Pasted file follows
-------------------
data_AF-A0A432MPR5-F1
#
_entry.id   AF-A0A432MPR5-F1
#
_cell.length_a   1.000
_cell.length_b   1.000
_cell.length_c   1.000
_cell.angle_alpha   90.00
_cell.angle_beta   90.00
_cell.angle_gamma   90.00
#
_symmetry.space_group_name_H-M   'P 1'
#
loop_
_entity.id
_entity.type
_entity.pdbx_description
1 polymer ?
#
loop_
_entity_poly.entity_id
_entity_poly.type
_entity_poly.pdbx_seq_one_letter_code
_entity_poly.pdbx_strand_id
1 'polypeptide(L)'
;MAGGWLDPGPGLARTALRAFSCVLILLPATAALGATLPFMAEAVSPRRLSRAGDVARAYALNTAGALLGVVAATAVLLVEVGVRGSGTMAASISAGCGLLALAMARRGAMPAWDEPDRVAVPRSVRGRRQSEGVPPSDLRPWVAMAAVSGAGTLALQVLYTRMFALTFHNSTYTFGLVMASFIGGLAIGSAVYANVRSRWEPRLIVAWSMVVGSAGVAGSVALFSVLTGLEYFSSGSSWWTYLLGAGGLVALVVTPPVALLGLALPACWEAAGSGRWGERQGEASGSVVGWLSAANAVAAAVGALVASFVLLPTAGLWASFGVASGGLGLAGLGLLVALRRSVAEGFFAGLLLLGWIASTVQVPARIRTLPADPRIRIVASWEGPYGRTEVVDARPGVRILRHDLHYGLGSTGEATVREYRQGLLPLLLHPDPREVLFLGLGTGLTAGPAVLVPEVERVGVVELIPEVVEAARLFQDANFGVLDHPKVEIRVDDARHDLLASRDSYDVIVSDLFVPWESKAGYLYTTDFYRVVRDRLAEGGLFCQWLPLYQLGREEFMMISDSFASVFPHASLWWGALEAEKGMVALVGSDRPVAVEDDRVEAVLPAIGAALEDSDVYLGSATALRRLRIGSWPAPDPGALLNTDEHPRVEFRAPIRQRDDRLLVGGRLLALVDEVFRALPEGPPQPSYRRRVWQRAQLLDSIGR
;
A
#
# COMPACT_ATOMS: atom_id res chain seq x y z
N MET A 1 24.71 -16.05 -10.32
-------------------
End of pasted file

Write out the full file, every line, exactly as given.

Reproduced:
data_AF-A0A432MPR5-F1
#
_entry.id   AF-A0A432MPR5-F1
#
_cell.length_a   1.000
_cell.length_b   1.000
_cell.length_c   1.000
_cell.angle_alpha   90.00
_cell.angle_beta   90.00
_cell.angle_gamma   90.00
#
_symmetry.space_group_name_H-M   'P 1'
#
loop_
_entity.id
_entity.type
_entity.pdbx_description
1 polymer ?
#
loop_
_entity_poly.entity_id
_entity_poly.type
_entity_poly.pdbx_seq_one_letter_code
_entity_poly.pdbx_strand_id
1 'polypeptide(L)'
;MAGGWLDPGPGLARTALRAFSCVLILLPATAALGATLPFMAEAVSPRRLSRAGDVARAYALNTAGALLGVVAATAVLLVEVGVRGSGTMAASISAGCGLLALAMARRGAMPAWDEPDRVAVPRSVRGRRQSEGVPPSDLRPWVAMAAVSGAGTLALQVLYTRMFALTFHNSTYTFGLVMASFIGGLAIGSAVYANVRSRWEPRLIVAWSMVVGSAGVAGSVALFSVLTGLEYFSSGSSWWTYLLGAGGLVALVVTPPVALLGLALPACWEAAGSGRWGERQGEASGSVVGWLSAANAVAAAVGALVASFVLLPTAGLWASFGVASGGLGLAGLGLLVALRRSVAEGFFAGLLLLGWIASTVQVPARIRTLPADPRIRIVASWEGPYGRTEVVDARPGVRILRHDLHYGLGSTGEATVREYRQGLLPLLLHPDPREVLFLGLGTGLTAGPAVLVPEVERVGVVELIPEVVEAARLFQDANFGVLDHPKVEIRVDDARHDLLASRDSYDVIVSDLFVPWESKAGYLYTTDFYRVVRDRLAEGGLFCQWLPLYQLGREEFMMISDSFASVFPHASLWWGALEAEKGMVALVGSDRPVAVEDDRVEAVLPAIGAALEDSDVYLGSATALRRLRIGSWPAPDPGALLNTDEHPRVEFRAPIRQRDDRLLVGGRLLALVDEVFRALPEGPPQPSYRRRVWQRAQLLDSIGR
;
A
#
# COMPACT_ATOMS: atom_id res chain seq x y z
N MET A 1 24.71 -16.05 -10.32